Russian soldiers often move at night to try and avoid being seen, and they have more time to do this in winter.
They are more exposed when moving, and Western intel has said they fight poorly at night.
But a drone operator and expert told BI Ukraine often doesn’t have the right gear to hit them when they’re vulnerable.
Long winter nights in Ukraine are giving Russian soldiers more time to move around under the cover of darkness, but that can also mean greater exposure and vulnerability in the open.
A challenge for Ukraine is that drone pilots often don’t have the right gear to hit them though, a Ukrainian drone operator and a drone expert told Business Insider.
Russia’s troops do much of their moving, and some of their attacking, at night. During the day, troops on both sides tend to hide in defenses like trenches, they said.
But because operating drones in the dark requires more expensive equipment, Ukraine’s options for striking during that time are limited. The super cheap exploding first-person-view drones simply don’t cut it.
Cmdr. Vitaliy Kryukov, a loitering-munition commander for Ukraine’s elite Adam Tactical Group, said Russian troops often use the cover of night to move positions.
He said that when he fought in the city of Bakhmut, Russians moved “only at nighttime, because during the day they could be seen, could be targeted by artillery.”
Russian forces are still vulnerable at night because they are not particularly well trained to fight in the darkness, UK intelligence said last month. They’re also most exposed when on the move.
Drone pilots aren’t equipped to hit them
There are a number of ways to hit the enemy at night, but cheap drones often aren’t among the best options. Seeing at night requires Ukraine to use more expensive drone types or to put expensive upgrades on the cheaper, civilian drone types that many of its soldiers rely on.
Ukraine in some cases may not have that equipment or may not wish to use it on the single-use attack drones that it often uses to attack Russia, because Ukraine often doesn’t want to add more expensive equipment for a drone that is destined to be destroyed.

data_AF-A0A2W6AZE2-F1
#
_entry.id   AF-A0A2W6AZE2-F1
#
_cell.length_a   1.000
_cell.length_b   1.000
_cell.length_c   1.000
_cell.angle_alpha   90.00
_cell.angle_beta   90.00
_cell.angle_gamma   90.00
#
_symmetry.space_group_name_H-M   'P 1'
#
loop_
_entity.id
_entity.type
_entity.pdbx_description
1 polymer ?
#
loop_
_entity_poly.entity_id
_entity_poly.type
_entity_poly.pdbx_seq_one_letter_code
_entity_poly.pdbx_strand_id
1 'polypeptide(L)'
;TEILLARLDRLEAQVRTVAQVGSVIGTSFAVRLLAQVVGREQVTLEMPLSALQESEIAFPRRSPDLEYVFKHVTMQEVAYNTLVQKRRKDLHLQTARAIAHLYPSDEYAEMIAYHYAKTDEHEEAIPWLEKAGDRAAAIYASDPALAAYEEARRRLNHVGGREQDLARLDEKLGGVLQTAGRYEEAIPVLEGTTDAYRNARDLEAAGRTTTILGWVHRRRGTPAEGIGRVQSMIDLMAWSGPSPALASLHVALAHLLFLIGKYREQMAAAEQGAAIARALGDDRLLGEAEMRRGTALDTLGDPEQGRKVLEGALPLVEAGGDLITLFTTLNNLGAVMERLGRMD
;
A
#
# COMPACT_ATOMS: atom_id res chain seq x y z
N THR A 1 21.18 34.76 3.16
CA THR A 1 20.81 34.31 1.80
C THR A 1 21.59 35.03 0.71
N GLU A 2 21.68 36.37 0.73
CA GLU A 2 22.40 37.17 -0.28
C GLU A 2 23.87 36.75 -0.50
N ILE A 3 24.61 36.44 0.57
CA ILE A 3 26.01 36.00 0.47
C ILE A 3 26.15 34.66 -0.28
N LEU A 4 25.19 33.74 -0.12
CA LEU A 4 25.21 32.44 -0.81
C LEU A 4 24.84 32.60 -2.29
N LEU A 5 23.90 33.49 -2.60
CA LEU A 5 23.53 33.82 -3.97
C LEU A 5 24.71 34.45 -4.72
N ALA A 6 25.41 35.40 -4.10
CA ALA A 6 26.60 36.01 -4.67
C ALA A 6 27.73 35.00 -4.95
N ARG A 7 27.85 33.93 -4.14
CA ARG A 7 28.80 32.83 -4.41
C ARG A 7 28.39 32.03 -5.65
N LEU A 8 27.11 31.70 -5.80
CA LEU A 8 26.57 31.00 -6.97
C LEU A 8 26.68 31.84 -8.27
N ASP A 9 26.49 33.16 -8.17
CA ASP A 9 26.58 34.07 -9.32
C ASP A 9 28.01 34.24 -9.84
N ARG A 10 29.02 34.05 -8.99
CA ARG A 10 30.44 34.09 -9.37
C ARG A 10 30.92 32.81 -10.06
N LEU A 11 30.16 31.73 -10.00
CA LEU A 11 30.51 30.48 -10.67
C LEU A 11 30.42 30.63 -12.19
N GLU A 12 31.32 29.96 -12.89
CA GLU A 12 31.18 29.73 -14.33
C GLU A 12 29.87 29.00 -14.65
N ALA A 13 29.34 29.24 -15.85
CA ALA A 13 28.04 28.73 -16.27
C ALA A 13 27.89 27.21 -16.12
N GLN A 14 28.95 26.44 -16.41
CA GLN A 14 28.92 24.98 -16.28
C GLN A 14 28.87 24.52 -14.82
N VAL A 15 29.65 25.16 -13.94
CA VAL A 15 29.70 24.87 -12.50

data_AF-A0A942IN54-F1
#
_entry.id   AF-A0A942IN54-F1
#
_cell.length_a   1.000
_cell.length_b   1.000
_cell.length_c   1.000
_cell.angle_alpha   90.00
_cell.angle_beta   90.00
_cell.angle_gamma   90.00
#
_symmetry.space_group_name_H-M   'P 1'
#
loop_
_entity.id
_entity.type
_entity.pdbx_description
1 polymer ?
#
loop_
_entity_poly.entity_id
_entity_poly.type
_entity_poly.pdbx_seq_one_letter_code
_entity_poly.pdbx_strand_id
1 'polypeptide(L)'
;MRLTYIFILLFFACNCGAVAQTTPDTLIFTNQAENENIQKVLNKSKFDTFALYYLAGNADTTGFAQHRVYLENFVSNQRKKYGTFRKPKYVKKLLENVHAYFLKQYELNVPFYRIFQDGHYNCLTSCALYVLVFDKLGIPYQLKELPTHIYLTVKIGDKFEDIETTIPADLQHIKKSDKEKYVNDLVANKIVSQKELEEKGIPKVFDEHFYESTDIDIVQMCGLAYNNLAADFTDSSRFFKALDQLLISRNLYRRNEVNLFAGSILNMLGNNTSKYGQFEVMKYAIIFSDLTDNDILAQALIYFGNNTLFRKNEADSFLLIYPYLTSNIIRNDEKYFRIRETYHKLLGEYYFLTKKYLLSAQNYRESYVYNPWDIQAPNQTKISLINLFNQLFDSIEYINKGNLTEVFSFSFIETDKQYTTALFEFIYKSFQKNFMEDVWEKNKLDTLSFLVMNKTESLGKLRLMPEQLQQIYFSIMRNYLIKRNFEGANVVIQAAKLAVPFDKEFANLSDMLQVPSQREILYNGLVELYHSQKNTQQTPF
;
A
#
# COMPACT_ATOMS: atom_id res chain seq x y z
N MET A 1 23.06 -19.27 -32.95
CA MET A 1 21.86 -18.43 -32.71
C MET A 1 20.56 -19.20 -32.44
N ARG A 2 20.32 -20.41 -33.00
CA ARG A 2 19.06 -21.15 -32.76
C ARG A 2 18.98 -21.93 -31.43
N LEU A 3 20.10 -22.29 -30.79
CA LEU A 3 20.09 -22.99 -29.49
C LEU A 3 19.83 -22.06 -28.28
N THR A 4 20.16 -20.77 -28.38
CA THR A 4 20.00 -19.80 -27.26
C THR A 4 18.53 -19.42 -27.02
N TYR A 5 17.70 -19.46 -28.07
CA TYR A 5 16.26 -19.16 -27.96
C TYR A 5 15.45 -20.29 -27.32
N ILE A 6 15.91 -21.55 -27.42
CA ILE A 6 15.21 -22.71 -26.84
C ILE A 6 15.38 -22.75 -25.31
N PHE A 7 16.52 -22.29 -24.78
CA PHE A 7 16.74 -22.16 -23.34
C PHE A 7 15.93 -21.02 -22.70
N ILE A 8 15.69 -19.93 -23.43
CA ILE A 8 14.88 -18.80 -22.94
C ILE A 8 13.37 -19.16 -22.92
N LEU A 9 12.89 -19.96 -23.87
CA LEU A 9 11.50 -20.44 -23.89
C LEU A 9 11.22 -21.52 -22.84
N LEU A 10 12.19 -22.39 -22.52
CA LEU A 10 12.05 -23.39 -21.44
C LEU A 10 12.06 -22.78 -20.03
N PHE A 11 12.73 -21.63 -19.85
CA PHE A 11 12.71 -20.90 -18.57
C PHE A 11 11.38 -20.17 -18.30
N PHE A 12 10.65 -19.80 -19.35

“Operating in the dusk or dawn or at night requires more expensive equipment to be on board, and obviously for kamikazes everyone is trying to make it as cheap as possible as it’s single-flight equipment,” Kryukov said.
James Patton Rogers, a drone warfare expert and executive director of the Cornell Brooks Tech Policy Institute, pointed out that becomes a challenge in the winter, when the nights are longer.
“If you have a shortfall in the amount of thermal imaging cameras and night vision cameras that you want to use for nighttime target acquisition,” he said, “well then you can’t operate during vast waves of the 24 hour period because it is increased periods of darkness during the winter.”
“It’s going to have a detrimental effect on Ukraine’s ability to strike the targets it wants to strike.”
The issue also affects Russia, which also uses cheaper drones in the fighting in Ukraine. But, he said, Russia has a slight advantage over Ukraine as it relies sightly less on the lower-end ones.
Drones are leading to more night fighting
Despite some of the operational challenges with them, drones are being used more in Russia’s invasion of Ukraine than they have in any other conflict in history, and the number of drones in the sky only appears to be growing.
Samuel Bendett, a drone warfare expert at the Center for Naval Analyses, told BI that more fighting is taking place at night as more and more drones enter the fight.
He said now both sides can send multiple drones after a single target or a single soldier, so no one wants to be caught in the open in the daylight.
“All of that is going to make, and is making, logistics extremely difficult, movement extremely difficult, resupply extremely difficult medical evacuation extremely difficult and dangerous for those willing to conduct it. And that has shifted tactics to operations at night.”
A Ukrainian drone operator recently told The Guardian there are so many drones over parts of Ukraine right now that soldiers on both sides don’t know how to move forward.
He said making any breakthroughs is “almost impossible in an era of cheap and lethally accurate drones.”
Ukraine is reducing its dependency on cheaper, off-the-shelf drones, including through rapidly increasing its own production of drones. This includes ones said to be jamming-resistant and also AI-powered drones that carry bombs.
Rogers said he is confident in Ukraine’s ability to make effective drones, saying “there appears to be a different drone manufacturing hub in almost every town or city across Ukraine.”
And Ukraine is still scoring big hits against the Russians with its drones despite the conditions, including hitting Russia’s oil-and-gas industry.
Read the original article on Business Insider